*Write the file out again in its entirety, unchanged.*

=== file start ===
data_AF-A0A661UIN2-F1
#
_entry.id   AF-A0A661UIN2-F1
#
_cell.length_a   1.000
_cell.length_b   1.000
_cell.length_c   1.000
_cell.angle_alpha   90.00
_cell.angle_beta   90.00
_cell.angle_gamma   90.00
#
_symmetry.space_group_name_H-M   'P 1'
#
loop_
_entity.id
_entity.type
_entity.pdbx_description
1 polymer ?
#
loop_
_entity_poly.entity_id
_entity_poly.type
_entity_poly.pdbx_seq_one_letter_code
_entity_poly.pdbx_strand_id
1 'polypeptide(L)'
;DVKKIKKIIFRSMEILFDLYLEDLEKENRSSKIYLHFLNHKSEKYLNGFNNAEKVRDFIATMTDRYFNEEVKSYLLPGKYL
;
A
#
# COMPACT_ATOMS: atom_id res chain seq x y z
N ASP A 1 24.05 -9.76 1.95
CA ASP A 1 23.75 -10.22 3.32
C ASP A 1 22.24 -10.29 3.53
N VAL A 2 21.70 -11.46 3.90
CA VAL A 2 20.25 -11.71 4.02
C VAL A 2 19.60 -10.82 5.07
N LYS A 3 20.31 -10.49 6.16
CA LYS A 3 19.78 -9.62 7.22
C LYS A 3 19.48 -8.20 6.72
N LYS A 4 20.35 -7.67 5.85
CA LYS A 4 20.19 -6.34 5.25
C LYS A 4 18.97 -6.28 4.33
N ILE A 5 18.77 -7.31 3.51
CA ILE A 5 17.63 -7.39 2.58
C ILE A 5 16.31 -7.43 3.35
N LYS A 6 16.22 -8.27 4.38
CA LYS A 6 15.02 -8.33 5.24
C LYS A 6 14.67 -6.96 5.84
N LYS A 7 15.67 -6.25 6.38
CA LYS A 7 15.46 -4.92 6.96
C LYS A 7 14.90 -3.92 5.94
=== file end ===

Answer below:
data_AF-A0A661UIN2-F1
#
_entry.id   AF-A0A661UIN2-F1
#
_cell.length_a   1.000
_cell.length_b   1.000
_cell.length_c   1.000
_cell.angle_alpha   90.00
_cell.angle_beta   90.00
_cell.angle_gamma   90.00
#
_symmetry.space_group_name_H-M   'P 1'
#
loop_
_entity.id
_entity.type
_entity.pdbx_description
1 polymer ?
#
loop_
_entity_poly.entity_id
_entity_poly.type
_entity_poly.pdbx_seq_one_letter_code
_entity_poly.pdbx_strand_id
1 'polypeptide(L)'
;DVKKIKKIIFRSMEILFDLYLEDLEKENRSSKIYLHFLNHKSEKYLNGFNNAEKVRDFIATMTDRYFNEEVKSYLLPGKYL
;
A
#
# COMPACT_ATOMS: atom_id res chain seq x y z
N ASP A 1 24.05 -9.76 1.95
CA ASP A 1 23.75 -10.22 3.32
C ASP A 1 22.24 -10.29 3.53
N VAL A 2 21.70 -11.46 3.90
CA VAL A 2 20.25 -11.71 4.02
C VAL A 2 19.60 -10.82 5.07
N LYS A 3 20.31 -10.49 6.16
CA LYS A 3 19.78 -9.62 7.22
C LYS A 3 19.48 -8.20 6.72
N LYS A 4 20.35 -7.67 5.85
CA LYS A 4 20.19 -6.34 5.25
C LYS A 4 18.97 -6.28 4.33
N ILE A 5 18.77 -7.31 3.51
CA ILE A 5 17.63 -7.39 2.58
C ILE A 5 16.31 -7.43 3.35
N LYS A 6 16.22 -8.27 4.38
CA LYS A 6 15.02 -8.33 5.24
C LYS A 6 14.67 -6.96 5.84
N LYS A 7 15.67 -6.25 6.38
CA LYS A 7 15.46 -4.92 6.96
C LYS A 7 14.90 -3.92 5.94